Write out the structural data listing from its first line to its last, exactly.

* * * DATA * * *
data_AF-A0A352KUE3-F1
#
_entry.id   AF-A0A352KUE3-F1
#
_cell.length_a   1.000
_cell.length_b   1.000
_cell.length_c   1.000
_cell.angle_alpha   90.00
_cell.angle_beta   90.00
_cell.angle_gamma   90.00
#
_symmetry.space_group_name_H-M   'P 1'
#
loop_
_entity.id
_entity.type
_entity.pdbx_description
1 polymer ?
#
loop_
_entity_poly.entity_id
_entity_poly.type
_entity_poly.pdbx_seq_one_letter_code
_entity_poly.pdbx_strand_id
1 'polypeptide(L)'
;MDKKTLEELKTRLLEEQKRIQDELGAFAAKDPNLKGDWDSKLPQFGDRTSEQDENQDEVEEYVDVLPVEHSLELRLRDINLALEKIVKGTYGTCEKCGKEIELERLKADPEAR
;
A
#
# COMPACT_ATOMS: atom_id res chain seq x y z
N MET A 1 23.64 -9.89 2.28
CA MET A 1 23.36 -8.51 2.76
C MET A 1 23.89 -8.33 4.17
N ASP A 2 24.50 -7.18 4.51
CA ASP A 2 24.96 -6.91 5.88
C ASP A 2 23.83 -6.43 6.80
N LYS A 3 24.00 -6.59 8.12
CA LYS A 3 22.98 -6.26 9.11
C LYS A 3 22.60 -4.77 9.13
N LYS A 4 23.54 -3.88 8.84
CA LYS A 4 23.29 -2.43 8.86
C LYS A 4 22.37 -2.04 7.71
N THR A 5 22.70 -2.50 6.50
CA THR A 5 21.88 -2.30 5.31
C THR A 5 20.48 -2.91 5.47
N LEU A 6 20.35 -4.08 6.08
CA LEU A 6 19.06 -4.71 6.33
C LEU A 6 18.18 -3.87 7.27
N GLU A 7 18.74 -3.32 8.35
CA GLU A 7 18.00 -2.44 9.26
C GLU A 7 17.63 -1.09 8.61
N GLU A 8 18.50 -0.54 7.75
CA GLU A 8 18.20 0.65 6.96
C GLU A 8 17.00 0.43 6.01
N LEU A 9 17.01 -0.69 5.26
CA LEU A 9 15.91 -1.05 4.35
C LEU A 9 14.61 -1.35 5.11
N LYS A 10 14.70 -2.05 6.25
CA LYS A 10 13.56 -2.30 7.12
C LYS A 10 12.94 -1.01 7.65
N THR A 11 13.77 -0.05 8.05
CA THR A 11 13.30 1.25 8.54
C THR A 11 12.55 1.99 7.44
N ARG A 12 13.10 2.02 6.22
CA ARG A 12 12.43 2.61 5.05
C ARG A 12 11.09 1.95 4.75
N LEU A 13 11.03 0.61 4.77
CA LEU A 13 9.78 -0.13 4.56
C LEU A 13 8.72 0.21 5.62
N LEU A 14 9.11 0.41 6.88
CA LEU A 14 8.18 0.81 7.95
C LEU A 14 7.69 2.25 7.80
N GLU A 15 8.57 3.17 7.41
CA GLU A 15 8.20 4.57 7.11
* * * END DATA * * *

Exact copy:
data_AF-A0A352KUE3-F1
#
_entry.id   AF-A0A352KUE3-F1
#
_cell.length_a   1.000
_cell.length_b   1.000
_cell.length_c   1.000
_cell.angle_alpha   90.00
_cell.angle_beta   90.00
_cell.angle_gamma   90.00
#
_symmetry.space_group_name_H-M   'P 1'
#
loop_
_entity.id
_entity.type
_entity.pdbx_description
1 polymer ?
#
loop_
_entity_poly.entity_id
_entity_poly.type
_entity_poly.pdbx_seq_one_letter_code
_entity_poly.pdbx_strand_id
1 'polypeptide(L)'
;MDKKTLEELKTRLLEEQKRIQDELGAFAAKDPNLKGDWDSKLPQFGDRTSEQDENQDEVEEYVDVLPVEHSLELRLRDINLALEKIVKGTYGTCEKCGKEIELERLKADPEAR
;
A
#
# COMPACT_ATOMS: atom_id res chain seq x y z
N MET A 1 23.64 -9.89 2.28
CA MET A 1 23.36 -8.51 2.76
C MET A 1 23.89 -8.33 4.17
N ASP A 2 24.50 -7.18 4.51
CA ASP A 2 24.96 -6.91 5.88
C ASP A 2 23.83 -6.43 6.80
N LYS A 3 24.00 -6.59 8.12
CA LYS A 3 22.98 -6.26 9.11
C LYS A 3 22.60 -4.77 9.13
N LYS A 4 23.54 -3.88 8.84
CA LYS A 4 23.29 -2.43 8.86
C LYS A 4 22.37 -2.04 7.71
N THR A 5 22.70 -2.50 6.50
CA THR A 5 21.88 -2.30 5.31
C THR A 5 20.48 -2.91 5.47
N LEU A 6 20.35 -4.08 6.08
CA LEU A 6 19.06 -4.71 6.33
C LEU A 6 18.18 -3.87 7.27
N GLU A 7 18.74 -3.32 8.35
CA GLU A 7 18.00 -2.44 9.26
C GLU A 7 17.63 -1.09 8.61
N GLU A 8 18.50 -0.54 7.75
CA GLU A 8 18.20 0.65 6.96
C GLU A 8 17.00 0.43 6.01
N LEU A 9 17.01 -0.69 5.26
CA LEU A 9 15.91 -1.05 4.35
C LEU A 9 14.61 -1.35 5.11
N LYS A 10 14.70 -2.05 6.25
CA LYS A 10 13.56 -2.30 7.12
C LYS A 10 12.94 -1.01 7.65
N THR A 11 13.77 -0.05 8.05
CA THR A 11 13.30 1.25 8.54
C THR A 11 12.55 1.99 7.44
N ARG A 12 13.10 2.02 6.22
CA ARG A 12 12.43 2.61 5.05
C ARG A 12 11.09 1.95 4.75
N LEU A 13 11.03 0.61 4.77
CA LEU A 13 9.78 -0.13 4.56
C LEU A 13 8.72 0.21 5.62
N LEU A 14 9.11 0.41 6.88
CA LEU A 14 8.18 0.81 7.95
C LEU A 14 7.69 2.25 7.80
N GLU A 15 8.57 3.17 7.41
CA GLU A 15 8.20 4.57 7.11